• Author's personal copy 24 R. Hardman et al. / Aquatic Toxicology 86 (2008) 20–37 was reduced by blocking sections with 5% normal goat serum for 20 min. Sections were incubated with AE1/AE3 (0.01 M phos- phate buffer saline at pH 7.4, 0.1% Tween 20, 0.1% sodium azide and 1% BSA) at 4 ◦ C overnight. After rinsing in PBS sections were incubated with secondary antibody (peroxidase labeled polymer conjugated goat anti-mouse immunoglobulin (IgG)) at room temperature for 30 min. Sections were rinsed a sec- ond time with PBS, visualized with diaminobenzidine (DAB), counterstained with Harris’ hematoxylin and observed/imaged with brightfield microscopy. Negative controls were pre- pared by substituting primary antibody with non immune serum. After fixation of anaesthetized medaka in 10% formalin for 24 h whole mount paraffin sections were prepared and assayed Fig. 2. Overview: responses of the medaka hepatobiliary system to aqueous with proliferating cell nuclear antigen (PCNA; Biogenics, San ANIT. Ramon, CA) by the histopathology laboratory in the College of Veterinary Medicine at North Carolina State University. As a positive control, PCNA labeling of the gut was evaluated. 3.2. Canalicular attenuation and dilation and bile preductular lesions 2.8. Statistics Medaka cohorts exposed to 1–5 M aqueous ANIT exhibited distinct alterations to the intrahepatic biliary system, to include Differences in fluorescence intensity in digital image cap- canalicular attenuation and dilation (acute exposure), and bile tures were analyzed statistically using ImageJ (NIH, (V1.32j) preductular lesions (chronic exposure). In vivo investigations in and Statview software (SAS institute, Cary, NC). Two way acutely exposed medaka revealed a simultaneous attenuation ANOVA with Fisher’s T-test was employed to assess statistically and dilation of bile canaliculi, first observed 4 h post ANIT significant differences in fluorescence intensity. Background exposure (1–3 M, Fig. 3). Canalicular attenuation/dilation fluorescence and autofluorescence were accounted for in statis- appeared relatively uniformly throughout the parenchyma, and tical analyses. Descriptive statistics were used for volumetric persisted for 96–120 h post acute exposure. Both attenuated and and morphometric analyses. Pearson’s correlation coefficient dilated canaliculi occurred in close spatial proximity (e.g. within was used for comparison of calculated versus measured mor- 20 m); where one bile segment, or canaliculus, was observed phometric values in vivo. Equality of variance F-test was to be attenuated, the adjacent connected branching bile segment used for assessment of blood to bile transport; temporal was observed to be dilated. Dilated canaliculi, which ranged evaluation of fluorescence intensities across sinusoid, hepato- between ∼3 and 4 m, were found to be up to ∼3 times normal cytic cytosol and canalicular spaces. All quantitative analyses diameter (1.3 ± 0.4 m). Attenuated canaliculi were distinct, were performed on unaltered (no deconvolution), or normal- appearing as fine sinuous passageways 0.4–0.8 m in diameter ized, single optical sections from in vivo confocal image (Fig. 3A and B). captures. Where acute exposure to 1–3 M aqueous ANIT resulted in canalicular dilation/attenuation, chronic exposures to 2–5 M 3. Results aqueous ANIT (>3 days) resulted in foci of alteration that appeared more consistent with changes to bile preductule 3.1. Overview (BPD) structural integrity. Where normal (control) canali- culi and bile preductules appeared as equidiameter tubular Exposure of medaka to ANIT resulted in distinct concentra- passageways (1.3 ± 0.4 m), altered bile preductules exhib- tion dependent responses, summarized in Fig. 2. These included: ited marked irregularities in lumen morphology and increased (1) canalicular attenuation and dilation in response to 1–3 M lumen diameter (Fig. 4B, C, E and F), suggesting loss of acute aqueous ANIT exposure; (2) bile preductular lesions integrity of hepatocellular/bile preductular epithelial cell junc- in response to 2–5 M chronic ANIT exposure; (3) hydropic tions. Foci of alteration were frequently associated with changes vacuolation, at ANIT concentrations of 2–8 M ANIT, which to bile preductular epithelia cell (BPDEC) morphology. Trans- resulted in a distinct “pebbling” of the liver when evaluated mission electron micrographs (TEM) of livers from medaka in vivo; and (4) chronic passive hepatic congestion, an end cohorts exposed to 2–5 M aqueous ANIT typically showed stage response of the liver associated with high mortality, at BPDECs with an increased cytosolic area, cytosolic vacuo- 6–8 M ANIT. In vivo observations were correlated with ex lation, and altered cell membrane integrity (Fig. 4E and F). vivo histological and electron microscopic studies to aid in When lesions were reconstructed and examined in 3 dimen- interpretation of in vivo findings and to verify affected cell sions (Fig. 4D and E) altered BPDs were often found to types. These responses are described in detail in the following terminate in blind ends, unconnected to surrounding canali- sections. culi/bile preductules. It follows that the majority of lesions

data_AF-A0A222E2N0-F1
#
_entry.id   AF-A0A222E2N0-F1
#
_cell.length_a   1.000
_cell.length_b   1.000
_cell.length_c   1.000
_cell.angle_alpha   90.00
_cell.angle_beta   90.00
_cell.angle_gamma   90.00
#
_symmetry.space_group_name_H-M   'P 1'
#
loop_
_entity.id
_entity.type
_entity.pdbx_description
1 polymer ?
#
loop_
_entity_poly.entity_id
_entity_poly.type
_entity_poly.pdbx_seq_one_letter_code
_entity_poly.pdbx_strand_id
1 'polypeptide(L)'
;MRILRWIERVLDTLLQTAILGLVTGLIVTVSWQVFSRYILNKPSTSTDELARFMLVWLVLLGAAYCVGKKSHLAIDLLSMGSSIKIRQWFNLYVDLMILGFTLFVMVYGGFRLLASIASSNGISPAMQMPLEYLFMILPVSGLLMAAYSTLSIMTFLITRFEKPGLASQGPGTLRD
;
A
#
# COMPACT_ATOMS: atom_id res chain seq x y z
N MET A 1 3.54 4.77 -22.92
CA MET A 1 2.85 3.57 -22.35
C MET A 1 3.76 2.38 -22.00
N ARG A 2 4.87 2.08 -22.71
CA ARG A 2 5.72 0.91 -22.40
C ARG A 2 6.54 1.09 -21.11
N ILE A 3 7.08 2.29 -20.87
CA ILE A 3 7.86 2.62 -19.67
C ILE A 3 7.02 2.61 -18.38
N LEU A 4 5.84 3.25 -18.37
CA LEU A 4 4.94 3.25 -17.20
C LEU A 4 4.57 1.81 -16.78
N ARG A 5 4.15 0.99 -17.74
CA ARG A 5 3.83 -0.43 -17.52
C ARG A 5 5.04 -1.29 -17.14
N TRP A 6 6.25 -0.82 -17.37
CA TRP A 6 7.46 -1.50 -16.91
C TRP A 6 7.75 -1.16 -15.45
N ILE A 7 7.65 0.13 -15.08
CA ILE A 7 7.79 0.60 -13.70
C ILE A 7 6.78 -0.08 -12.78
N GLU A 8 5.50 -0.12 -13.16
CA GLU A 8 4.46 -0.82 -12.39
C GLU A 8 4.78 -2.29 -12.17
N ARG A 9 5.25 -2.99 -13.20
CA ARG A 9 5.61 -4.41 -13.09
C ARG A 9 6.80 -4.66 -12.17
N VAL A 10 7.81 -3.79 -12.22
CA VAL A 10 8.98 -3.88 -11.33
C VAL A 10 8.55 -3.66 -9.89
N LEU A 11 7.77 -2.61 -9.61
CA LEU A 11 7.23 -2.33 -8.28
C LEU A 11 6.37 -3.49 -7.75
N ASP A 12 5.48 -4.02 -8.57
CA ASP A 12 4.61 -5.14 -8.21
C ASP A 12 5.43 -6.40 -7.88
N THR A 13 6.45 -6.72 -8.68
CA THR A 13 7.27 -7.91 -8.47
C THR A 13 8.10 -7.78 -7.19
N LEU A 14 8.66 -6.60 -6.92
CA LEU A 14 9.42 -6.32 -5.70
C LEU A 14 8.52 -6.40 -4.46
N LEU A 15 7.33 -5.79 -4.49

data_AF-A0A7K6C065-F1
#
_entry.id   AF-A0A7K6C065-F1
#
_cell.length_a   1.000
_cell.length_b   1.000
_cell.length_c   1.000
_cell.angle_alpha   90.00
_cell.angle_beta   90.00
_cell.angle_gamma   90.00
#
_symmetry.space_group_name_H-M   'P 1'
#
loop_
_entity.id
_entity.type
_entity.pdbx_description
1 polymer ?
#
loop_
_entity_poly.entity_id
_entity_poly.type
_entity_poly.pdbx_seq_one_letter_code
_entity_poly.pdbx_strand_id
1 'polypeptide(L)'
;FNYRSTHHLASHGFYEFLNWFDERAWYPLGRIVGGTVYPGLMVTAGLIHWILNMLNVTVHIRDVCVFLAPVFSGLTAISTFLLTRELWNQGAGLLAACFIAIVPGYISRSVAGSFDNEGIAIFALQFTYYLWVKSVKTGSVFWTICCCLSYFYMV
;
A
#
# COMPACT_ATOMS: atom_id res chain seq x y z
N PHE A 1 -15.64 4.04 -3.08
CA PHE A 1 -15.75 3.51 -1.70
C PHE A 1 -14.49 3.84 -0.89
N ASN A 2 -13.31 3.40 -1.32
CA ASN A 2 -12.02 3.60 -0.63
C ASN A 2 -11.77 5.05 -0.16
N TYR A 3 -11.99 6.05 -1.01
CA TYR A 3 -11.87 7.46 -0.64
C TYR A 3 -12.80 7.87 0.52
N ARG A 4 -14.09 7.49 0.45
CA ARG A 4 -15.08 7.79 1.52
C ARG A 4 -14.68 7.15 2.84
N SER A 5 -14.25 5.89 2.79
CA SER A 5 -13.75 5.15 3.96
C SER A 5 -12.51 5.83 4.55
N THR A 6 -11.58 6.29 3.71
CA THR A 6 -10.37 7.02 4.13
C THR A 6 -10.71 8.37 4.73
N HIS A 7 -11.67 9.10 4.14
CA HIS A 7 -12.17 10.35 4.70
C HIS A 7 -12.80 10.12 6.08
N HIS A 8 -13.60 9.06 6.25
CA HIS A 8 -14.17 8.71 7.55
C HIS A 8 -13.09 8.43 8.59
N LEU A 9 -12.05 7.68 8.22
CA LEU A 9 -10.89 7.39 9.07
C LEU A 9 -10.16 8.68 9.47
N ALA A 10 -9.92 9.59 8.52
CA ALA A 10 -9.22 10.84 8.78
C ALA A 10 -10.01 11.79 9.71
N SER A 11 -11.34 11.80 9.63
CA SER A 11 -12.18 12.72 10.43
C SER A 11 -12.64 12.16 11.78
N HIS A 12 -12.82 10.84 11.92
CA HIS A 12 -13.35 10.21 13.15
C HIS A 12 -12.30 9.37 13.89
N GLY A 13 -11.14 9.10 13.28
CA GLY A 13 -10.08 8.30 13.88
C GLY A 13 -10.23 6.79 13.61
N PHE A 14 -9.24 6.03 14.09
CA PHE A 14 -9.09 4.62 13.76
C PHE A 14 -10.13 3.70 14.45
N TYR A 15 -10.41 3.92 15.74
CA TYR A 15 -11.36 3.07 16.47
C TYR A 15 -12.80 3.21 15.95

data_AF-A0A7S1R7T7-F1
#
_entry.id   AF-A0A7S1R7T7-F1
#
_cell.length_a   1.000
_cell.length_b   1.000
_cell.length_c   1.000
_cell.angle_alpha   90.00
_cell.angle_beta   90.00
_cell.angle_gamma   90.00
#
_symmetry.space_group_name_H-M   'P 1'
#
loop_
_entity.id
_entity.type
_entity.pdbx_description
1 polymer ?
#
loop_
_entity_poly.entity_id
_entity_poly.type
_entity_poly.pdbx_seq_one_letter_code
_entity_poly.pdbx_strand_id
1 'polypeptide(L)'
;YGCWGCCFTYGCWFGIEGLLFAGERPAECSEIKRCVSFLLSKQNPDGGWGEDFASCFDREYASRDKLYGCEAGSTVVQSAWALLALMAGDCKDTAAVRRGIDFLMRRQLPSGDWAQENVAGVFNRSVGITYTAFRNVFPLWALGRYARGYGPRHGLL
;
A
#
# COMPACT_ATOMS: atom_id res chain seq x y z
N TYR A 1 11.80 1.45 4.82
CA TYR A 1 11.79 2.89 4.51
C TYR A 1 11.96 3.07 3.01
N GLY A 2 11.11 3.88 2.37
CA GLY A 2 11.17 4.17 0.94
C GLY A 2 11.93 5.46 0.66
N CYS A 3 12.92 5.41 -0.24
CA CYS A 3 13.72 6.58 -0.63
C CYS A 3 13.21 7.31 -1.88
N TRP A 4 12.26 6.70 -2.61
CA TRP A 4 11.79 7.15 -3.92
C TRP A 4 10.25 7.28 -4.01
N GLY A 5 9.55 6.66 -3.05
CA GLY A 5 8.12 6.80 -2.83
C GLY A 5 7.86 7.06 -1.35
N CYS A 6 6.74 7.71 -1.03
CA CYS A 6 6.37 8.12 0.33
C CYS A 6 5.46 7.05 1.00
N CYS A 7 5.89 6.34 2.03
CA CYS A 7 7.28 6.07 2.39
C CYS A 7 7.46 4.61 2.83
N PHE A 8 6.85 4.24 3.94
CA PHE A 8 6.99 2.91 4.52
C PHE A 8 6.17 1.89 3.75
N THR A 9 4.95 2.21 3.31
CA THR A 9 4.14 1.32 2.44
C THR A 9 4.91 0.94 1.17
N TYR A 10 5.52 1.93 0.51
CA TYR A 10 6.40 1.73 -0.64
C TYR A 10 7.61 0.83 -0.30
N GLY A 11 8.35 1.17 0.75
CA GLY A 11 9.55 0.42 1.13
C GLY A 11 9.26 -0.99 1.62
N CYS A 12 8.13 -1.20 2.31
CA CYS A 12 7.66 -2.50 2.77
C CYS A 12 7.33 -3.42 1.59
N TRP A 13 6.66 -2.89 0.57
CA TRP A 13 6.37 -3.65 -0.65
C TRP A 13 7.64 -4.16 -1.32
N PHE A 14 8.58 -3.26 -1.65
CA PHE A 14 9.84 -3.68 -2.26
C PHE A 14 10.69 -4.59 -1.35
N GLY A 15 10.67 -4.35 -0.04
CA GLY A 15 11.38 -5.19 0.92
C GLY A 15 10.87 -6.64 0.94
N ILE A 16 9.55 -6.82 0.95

• Author's personal copy R. Hardman et al. / Aquatic Toxicology 86 (2008) 20–37 25 Fig. 3. Phenotypic responses of the medaka hepatobiliary system: canalicular attenuation and dilation. (A and B) STII medaka, 24 dpf, 2.5 M aqueous ANIT (48 h, acute exposure): LSCM in vivo imaging illustrating dilated (black arrowheads) and attenuated bile canaliculi (white arrowheads). IHBPs (green fluorescence) elucidated with fluorescein isothiocyanate (FITC). Epithelium is largely non-fluorescent, aside from weak fluorescence of surrounding hepatocellular cytosol and nucleus (HN, gray arrowhead). Frame B is same as frame A, in a different plane of section in the liver. Example diameters of IHBPs are given. (C) STII medaka control, 30 dpf, showing typical morphological appearance of IHBPs in vivo. Normalcy finds canaliculi and bile preductules equidiameter throughout the liver, averaging 1.3 m (±0.3 m), also see blue arrowhead in frame (B). (D) TEM, STII medaka, 30 dpf, 48 h post exposure to 1 M ANIT. Ultrastructure suggested hepatocellular swelling (HN, hepatocyte nuclei) to be associated with canalicular attenuation/dilation (white and black arrowheads). Normal morphological appearance of a bile preductular epithelial cell indicated by green arrowhead. appeared to be localized to BPDEC/hepatocellular junctional exhibited no such phenotype when allowed to recover for 7 days complexes (bile preductules); unique morphological complexes in an ANIT free bath. described by Hampton et al. (1988) and Hardman et al. (2007b). 3.3. Hydropic vacuolation BPD lesions were observed in all fish chronically exposed to 2–5 M aqueous ANIT. Onset of lesions appeared approx- Acute and chronic aqueous exposures to 2–8 M ANIT imately 48 h post ANIT exposure, and a higher incidence of resulted in a distinct “pebbling” of the liver, a phenotypic lesions was associated with increased exposure duration. By response consistently evident by 24 h post ANIT exposure example; at 10 days of chronic ANIT exposure approximately (Fig. 5), which was not observed in DMSO or untreated 10% of bile preductular complexes (transitional biliary passage- medaka, nor readily apparent at lower or higher ANIT expo- ways) appeared to be affected. BPD lesions persisted for the sure concentrations. Non invasive in vivo imaging (Fig. 5C duration of chronic exposure studies (e.g. out to 60 days), and and E) revealed intracellular ovate structures within hepato- foci of alteration appeared randomly distributed in the livers cytes and biliary epithelia, which, when viewed at the organ examined. BPD lesions, like canalicular attenuation/dilation, level of organization (Fig. 5A and B), manifested as a “peb- were observed to be a reversible form of injury, as medaka bling” of the hepatic parenchyma. This phenotype was observed withdrawn from chronic exposures (2–5 M aqueous ANIT) with the aid of autofluorescence (Fig. 5A and B) and/or